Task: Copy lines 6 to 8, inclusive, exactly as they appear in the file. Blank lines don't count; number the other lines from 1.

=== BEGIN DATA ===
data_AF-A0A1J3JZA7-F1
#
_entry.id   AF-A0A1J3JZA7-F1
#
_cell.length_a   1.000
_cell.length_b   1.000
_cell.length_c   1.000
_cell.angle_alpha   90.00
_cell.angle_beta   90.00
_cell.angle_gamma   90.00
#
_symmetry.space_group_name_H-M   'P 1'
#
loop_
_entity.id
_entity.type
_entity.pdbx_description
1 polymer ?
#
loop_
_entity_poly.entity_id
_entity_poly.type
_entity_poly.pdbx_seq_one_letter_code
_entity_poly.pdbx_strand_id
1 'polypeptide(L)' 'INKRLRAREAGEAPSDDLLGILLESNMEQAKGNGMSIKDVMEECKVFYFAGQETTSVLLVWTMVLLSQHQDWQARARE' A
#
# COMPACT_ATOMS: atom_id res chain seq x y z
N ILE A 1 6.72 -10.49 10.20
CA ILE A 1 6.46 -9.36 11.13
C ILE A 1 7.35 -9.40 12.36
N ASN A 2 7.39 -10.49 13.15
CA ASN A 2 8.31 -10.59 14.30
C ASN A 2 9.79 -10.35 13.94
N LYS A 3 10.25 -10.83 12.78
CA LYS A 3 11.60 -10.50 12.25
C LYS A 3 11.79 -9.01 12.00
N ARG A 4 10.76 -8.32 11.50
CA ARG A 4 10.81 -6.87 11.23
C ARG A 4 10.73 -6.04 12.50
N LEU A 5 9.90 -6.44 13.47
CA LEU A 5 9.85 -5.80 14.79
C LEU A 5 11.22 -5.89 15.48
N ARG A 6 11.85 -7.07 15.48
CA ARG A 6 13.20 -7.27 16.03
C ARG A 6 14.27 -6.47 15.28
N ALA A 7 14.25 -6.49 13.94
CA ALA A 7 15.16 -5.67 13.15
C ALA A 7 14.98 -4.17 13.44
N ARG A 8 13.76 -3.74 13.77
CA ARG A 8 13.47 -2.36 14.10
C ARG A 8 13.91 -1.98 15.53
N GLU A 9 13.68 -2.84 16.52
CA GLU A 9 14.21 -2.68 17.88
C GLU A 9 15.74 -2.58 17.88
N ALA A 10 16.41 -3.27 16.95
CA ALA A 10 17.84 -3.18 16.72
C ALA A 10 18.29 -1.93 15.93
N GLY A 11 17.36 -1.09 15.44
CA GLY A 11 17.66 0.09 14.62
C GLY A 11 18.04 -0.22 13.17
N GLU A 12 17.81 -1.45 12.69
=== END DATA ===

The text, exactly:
_cell.length_b   1.000
_cell.length_c   1.000
_cell.angle_alpha   90.00